What is revoicing?
One of the main aims of the ClipFlair Project is to promote Foreign Language
Learning (FLL) through revoicing and captioning/subtitling. Most people are
familiar with subtitling/captioning but, what is revoicing?
When it comes to the
translation of audiovisual material, we normally distinguish between two types
of translation modalities: subtitling/captioning & revoicing. In
subtitling, the original to be translated (e.g. dialogue, text on screen,
music, etc.) is rendered in writing. Thus, there is a change of mode (from
spoken to written). However, in revoicing, the original to be translated is
rendered acoustically and therefore there is no change of mode. In the same way
that there are different types of subtitles (for the deaf, for language
learning, etc.), there are different revoicing modalities such as dubbing,
voiceover, audio description, free commentary, etc. (I will talk about these in
a different post).
Within ClipFlair, we understand revoicing as adding speech to
a clip through dubbing, voiceover, audio description, free-commentary, etc., with
the purpose of learning a foreign language.
Why use revoicing to teach/learn a foreign language?
Some authors and FLL teachers have highlighted the
advantages of revoicing activities to improve pronunciation and prosodic
features. However, revoicing enables working on a wide range of skills when
learning a foreign language:
1. Speaking. By revoicing a clip in the L2, students can work
on phonetic competence, rhythm, stress and intonation. The clip to be revoiced
could be either mute, in the mother tongue of the learner, or in the same L2.
This will all depend on the activity we want to design (do we want students to
repeat what they hear? Do we want students to practice what they have learned
in class? Do we want students to learn how to say new things?, etc.), and the
level of our students.
2. Listening. If the clip we want students to revoice includes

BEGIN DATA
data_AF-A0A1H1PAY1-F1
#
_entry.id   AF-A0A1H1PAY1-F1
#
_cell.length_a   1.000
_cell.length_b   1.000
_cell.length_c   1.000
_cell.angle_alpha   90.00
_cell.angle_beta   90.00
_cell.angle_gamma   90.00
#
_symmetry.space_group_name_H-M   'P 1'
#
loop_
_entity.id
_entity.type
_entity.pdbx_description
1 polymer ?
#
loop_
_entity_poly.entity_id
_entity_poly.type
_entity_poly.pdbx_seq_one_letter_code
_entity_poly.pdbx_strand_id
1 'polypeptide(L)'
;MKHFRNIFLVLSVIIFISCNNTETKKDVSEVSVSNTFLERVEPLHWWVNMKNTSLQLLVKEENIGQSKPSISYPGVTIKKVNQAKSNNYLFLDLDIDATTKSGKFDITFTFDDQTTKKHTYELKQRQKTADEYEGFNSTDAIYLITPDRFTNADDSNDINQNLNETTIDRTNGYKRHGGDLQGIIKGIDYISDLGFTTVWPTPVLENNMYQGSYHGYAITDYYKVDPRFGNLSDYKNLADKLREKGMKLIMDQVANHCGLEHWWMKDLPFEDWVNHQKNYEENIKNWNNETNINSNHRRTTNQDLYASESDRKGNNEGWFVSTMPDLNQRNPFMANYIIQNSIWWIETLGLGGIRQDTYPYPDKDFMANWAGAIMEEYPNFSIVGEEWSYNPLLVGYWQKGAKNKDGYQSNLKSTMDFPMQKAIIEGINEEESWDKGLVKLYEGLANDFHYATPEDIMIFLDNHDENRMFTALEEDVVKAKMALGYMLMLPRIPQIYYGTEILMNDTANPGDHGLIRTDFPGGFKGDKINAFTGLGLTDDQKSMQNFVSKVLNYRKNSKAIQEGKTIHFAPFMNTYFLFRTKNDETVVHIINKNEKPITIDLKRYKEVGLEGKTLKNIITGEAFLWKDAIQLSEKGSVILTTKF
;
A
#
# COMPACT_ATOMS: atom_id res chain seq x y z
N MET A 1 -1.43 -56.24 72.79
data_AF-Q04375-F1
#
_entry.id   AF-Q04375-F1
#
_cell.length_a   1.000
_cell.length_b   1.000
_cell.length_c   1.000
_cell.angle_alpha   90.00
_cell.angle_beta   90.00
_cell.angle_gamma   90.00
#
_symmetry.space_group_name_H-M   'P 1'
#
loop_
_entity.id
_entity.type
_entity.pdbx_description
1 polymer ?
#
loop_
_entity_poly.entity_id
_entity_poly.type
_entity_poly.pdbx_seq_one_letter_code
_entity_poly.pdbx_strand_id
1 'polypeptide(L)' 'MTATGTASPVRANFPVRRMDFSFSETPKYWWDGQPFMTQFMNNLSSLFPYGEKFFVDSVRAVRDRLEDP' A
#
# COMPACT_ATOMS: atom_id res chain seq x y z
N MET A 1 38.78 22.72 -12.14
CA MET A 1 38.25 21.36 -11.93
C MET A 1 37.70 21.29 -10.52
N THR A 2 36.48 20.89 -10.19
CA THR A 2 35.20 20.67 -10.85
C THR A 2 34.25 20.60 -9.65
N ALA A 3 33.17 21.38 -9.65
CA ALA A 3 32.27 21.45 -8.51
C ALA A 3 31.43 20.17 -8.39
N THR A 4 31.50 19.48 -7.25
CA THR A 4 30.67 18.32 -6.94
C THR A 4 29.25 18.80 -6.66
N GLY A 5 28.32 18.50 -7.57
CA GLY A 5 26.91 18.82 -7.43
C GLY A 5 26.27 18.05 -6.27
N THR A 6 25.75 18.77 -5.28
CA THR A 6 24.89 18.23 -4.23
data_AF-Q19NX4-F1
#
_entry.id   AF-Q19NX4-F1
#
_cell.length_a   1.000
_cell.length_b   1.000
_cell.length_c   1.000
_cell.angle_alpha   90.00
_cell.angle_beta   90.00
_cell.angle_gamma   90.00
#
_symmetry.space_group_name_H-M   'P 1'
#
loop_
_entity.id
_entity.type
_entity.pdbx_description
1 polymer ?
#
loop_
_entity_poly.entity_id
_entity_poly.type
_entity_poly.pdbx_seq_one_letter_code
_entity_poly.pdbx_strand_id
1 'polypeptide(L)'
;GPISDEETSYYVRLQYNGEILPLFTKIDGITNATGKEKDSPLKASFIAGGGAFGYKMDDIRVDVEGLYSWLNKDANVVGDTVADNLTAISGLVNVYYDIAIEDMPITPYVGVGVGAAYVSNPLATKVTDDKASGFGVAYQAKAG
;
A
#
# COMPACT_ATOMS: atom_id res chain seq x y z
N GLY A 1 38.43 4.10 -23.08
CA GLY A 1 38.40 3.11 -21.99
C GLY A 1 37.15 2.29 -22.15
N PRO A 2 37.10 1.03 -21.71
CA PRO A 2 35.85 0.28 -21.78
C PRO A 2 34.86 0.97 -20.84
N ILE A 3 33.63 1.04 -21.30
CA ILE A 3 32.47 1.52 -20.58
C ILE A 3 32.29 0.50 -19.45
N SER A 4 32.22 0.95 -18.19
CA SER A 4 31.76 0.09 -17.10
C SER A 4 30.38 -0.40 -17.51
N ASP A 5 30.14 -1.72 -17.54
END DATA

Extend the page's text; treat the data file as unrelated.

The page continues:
audio in the L2, we can tailor our activity so that students work on listening.
They might be asked to revoice the clip in the end, but first they will have to
listen to the audio and work on their understanding of general and/or specific
3. Writing. We could ask students to transcribe the whole
dialogue or to fill in the gaps before revoicing it. In this case, they will
also be working on writing skills. If the clip we work on is in their native
language, students could be asked to translate the dialogue into the L2. If the
clip is muted or has no dialogue, they could narrate or comment on what is
happening on screen, or describe the images as audiodescribers do for blind and
partially-sighted audiences. In any case, they will be working on register,
style, cohesion, grammar, etc.
4. Reading. What if we provided students with a muted clip and the
script to be revoiced in writing? In this case, they will also have to work on
reading comprehension before actually producing their speech.
In addition to these traditional skills, revoicing
activities can promote inter-cultural awareness not only through images, but
also through paralanguage, intonation, etc. Revoicing activities also
promote audiovisual literacy, which encompasses a complex set of abilities, especially
the ability to understand a wide range of forms of communication, be it body
language, pictures, maps, or video.
So, isn’t revoicing a great way to teach/learn a foreign
language? For ideas of revoicing activities to use in your classes, visit
ClipFlair gallery at http://gallery.clipflair.net/activity/
and filter the activities by selecting any of the categories under Tasks –